Delta Air Lines announced today that CEO Richard Anderson will retire (WSJ.com, subscription required) effective May 2. Anderson will be succeeded by current president Ed Bastian. Glen Hauenstein, executive vice president and chief revenue officer, will move into the president's role.
Anderson's departure marks the end of a very successful tenure which has seen Delta become a financially and operationally efficient airline. Anderson took over as CEO in September 2007 after Delta emerged from bankruptcy. He lead the airline through its merger with Northwest Airlines and made operational improvements that has seen Delta consistently ranked near the top of on-time performance in recent years. Under Anderson's leadership Delta "stitched together a global route network by taking stakes in foreign airlines, purchased an oil refinery and wooed customers with its sunny, nonunion airport agents and flight attendants and reliable service."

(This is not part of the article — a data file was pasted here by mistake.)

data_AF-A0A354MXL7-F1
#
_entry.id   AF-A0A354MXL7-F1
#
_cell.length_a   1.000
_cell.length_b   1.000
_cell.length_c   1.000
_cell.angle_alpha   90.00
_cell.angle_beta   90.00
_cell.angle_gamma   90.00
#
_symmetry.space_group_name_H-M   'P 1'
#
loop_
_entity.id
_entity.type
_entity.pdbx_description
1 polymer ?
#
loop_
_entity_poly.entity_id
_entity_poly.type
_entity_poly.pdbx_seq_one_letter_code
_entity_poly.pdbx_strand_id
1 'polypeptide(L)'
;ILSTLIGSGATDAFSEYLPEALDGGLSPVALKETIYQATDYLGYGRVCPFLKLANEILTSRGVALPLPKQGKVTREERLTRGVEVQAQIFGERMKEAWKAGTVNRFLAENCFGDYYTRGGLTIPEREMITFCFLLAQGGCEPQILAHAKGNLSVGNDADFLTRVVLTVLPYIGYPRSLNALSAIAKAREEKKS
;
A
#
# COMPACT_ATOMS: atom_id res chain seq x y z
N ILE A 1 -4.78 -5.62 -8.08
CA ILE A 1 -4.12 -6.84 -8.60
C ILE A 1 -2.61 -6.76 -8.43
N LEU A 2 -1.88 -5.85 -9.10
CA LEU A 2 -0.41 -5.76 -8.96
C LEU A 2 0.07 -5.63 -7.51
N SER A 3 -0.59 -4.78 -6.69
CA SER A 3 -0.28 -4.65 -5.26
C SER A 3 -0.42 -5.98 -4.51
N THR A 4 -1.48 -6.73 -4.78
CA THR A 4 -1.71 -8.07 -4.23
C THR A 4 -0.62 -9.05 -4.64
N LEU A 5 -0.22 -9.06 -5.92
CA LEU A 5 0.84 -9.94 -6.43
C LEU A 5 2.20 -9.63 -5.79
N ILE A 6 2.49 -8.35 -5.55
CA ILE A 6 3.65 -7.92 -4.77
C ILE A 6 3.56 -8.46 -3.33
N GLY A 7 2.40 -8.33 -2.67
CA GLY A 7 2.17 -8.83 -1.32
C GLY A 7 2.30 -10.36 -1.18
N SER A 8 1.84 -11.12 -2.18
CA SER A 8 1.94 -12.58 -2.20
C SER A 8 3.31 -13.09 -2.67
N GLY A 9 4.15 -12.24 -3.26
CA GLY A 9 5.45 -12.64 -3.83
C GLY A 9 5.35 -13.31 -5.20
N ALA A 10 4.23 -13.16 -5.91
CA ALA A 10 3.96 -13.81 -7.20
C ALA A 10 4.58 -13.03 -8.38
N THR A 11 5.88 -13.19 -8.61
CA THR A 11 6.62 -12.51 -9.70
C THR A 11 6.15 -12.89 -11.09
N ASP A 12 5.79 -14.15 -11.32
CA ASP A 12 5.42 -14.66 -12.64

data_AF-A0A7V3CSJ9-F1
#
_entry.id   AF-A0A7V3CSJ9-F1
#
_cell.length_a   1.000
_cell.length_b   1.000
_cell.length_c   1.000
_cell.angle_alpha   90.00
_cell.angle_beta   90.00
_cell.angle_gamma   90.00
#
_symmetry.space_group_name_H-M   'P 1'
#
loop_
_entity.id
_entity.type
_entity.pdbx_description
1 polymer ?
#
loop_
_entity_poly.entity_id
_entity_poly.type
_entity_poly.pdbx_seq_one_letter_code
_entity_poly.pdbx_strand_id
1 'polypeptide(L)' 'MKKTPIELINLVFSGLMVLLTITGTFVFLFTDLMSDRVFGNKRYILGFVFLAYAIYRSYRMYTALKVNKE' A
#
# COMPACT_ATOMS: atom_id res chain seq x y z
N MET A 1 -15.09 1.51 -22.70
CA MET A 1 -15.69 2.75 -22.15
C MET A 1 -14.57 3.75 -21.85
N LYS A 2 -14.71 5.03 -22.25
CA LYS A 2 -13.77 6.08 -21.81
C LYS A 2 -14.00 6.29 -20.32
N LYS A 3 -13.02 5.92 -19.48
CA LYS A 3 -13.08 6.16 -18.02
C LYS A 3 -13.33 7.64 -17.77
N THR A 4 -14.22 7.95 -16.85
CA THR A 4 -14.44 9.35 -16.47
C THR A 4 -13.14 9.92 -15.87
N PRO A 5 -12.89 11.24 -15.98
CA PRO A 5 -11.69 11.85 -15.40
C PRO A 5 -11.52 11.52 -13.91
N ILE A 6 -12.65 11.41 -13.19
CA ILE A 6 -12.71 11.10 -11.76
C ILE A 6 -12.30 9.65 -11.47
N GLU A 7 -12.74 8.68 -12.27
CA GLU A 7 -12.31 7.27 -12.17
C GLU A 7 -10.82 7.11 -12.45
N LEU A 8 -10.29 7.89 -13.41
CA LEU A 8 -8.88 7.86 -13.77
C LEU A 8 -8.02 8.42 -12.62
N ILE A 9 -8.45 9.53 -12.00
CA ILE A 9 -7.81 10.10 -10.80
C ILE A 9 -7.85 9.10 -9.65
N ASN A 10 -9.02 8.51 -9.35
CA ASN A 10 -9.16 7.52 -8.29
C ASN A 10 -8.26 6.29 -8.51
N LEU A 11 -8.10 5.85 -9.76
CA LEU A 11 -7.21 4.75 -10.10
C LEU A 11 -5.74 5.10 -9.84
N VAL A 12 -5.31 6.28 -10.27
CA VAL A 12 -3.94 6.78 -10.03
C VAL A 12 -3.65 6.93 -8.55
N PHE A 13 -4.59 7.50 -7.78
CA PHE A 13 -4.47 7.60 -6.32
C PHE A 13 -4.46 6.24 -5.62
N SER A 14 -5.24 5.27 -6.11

Anderson is not without his detractors, however. He took a very strong and, in some quarters, controversial position against the Middle East big three airlines - Emirates, Etihad and Qatar - and their alleged violations of the Open Skies Agreement. In the points and miles community, Delta's drive to sell a larger percentage of premium cabin seats, thereby making fewer such seats available for award travel and elite frequent flyer upgrades, has resulted in consternation by some. Also, significant changes in the SkyMIles frequent flyer program, including revenue-based frequent flyer mile accruals and higher points requirements for award travel has resulted in some blogs becoming little more than forums for continual whining about the airline.
These controversies notwithstanding, there is little argument that Delta is a far stronger and more successful airline as Anderson departs than when he arrived. Delta continues to post strong profits and sports the highest market capitalization of any U.S. airline. There is no doubt that Ed Bastian has big shoes to fill, but the foundation for continued success is in place. As an Atlantan with a soft spot for Delta, I thank Richard Anderson for all he has done for Delta Air Lines and wish him well in his retirement. I also warmly welcome Ed Bastian to the helm and am excited for ever greater things for "Atlanta's Hometown Airline!"